There are so many more, but it's those kinds of questions we need to be asking and discussing constantly with educators in our schools. Look, we all signed up for the same reason - to BE THE ONE. To be that adult of influence in a kid's life who dramatically shifts their trajectory, both on an educational level and a personal level. Deep down inside, we all want to be that one teacher a kid can look back to years later and say, "That's the person who changed my life!" And, with all of my programs and events that I do for conferences, districts, and campuses, it all revolves around helping teachers to learn how to do exactly just that.

QUESTION 6: What do you see as the biggest hurdle for educators in your conversations and travels?

Wow, there are just so many hurdles and challenges right now for educators. I'm not even sure how I could identify which one is the "biggest". Every hurdle and challenge we face ultimately impacts the lives of kids, so if you think about it, they're all really "big". I do know that when I talk to educators what I hear them mostly concerned about is the pressure they feel with the increasing amount of complex content they're forced to teach students at younger and younger ages. Also, there's always concern about the ever-increasing amount of data that needs to be collected and analyzed, as well as the growing mountains of paperwork required, and whether or not any of those efforts result in better instruction. All those things are incredibly time intensive and stressful.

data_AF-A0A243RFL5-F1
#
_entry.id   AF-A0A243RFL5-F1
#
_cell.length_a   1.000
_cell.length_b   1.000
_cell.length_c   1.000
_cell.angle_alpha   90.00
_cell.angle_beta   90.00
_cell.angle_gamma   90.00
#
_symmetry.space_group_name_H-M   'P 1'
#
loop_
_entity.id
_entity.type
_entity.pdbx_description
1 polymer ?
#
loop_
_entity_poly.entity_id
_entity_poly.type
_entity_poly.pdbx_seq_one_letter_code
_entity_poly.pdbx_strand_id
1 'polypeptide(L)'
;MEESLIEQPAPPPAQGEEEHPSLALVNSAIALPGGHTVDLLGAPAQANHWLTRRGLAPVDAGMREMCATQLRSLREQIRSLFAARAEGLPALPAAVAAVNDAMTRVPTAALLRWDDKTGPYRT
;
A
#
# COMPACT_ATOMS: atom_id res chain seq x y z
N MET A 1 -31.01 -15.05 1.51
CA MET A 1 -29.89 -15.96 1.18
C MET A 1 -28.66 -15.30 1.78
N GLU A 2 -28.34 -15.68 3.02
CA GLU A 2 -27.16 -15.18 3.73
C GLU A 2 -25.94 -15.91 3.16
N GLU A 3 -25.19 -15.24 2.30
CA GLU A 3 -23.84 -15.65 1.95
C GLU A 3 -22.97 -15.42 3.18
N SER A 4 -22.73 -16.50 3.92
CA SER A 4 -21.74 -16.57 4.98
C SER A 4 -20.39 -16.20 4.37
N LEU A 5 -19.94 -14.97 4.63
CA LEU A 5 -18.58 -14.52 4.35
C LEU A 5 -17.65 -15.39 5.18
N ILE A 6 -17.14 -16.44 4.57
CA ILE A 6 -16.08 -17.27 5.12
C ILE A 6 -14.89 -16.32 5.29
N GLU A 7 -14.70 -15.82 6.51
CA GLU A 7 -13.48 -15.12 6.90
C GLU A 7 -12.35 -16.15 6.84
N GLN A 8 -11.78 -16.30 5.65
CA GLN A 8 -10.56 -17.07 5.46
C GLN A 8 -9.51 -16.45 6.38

But of the all the hurdles that educators face, I'll tell you what concerns me most. Throughout the educational system, I don't think that we provide enough evidence for teachers that the process is actually working. Now, remember, all of us employed in schools stay in this career for one reason and that is to make a dramatic impact in the lives of kids. My question is, "How often are we providing our educators with crystal clear evidence that their work is making that kind of a difference?" We are constantly bombarding teachers with the objective evidence for how kids are performing academically. But, what about how kids are performing in terms of their character. Education is not just about WHAT kids are learning, it's also about WHO kids are becoming. There are kids in every classroom across our nation who are becoming more courageous; more compassionate; more respectful; more resourceful; more persistent; and, it's all because of the teachers in their lives. We need to consistently be demonstrating this to our educators to they can see the change that's happening in the lives of their students. When teachers can see this change, even if it's through subjective and anecdotal evidence, it proves to them that what they're doing is significant, it's working, and it matters.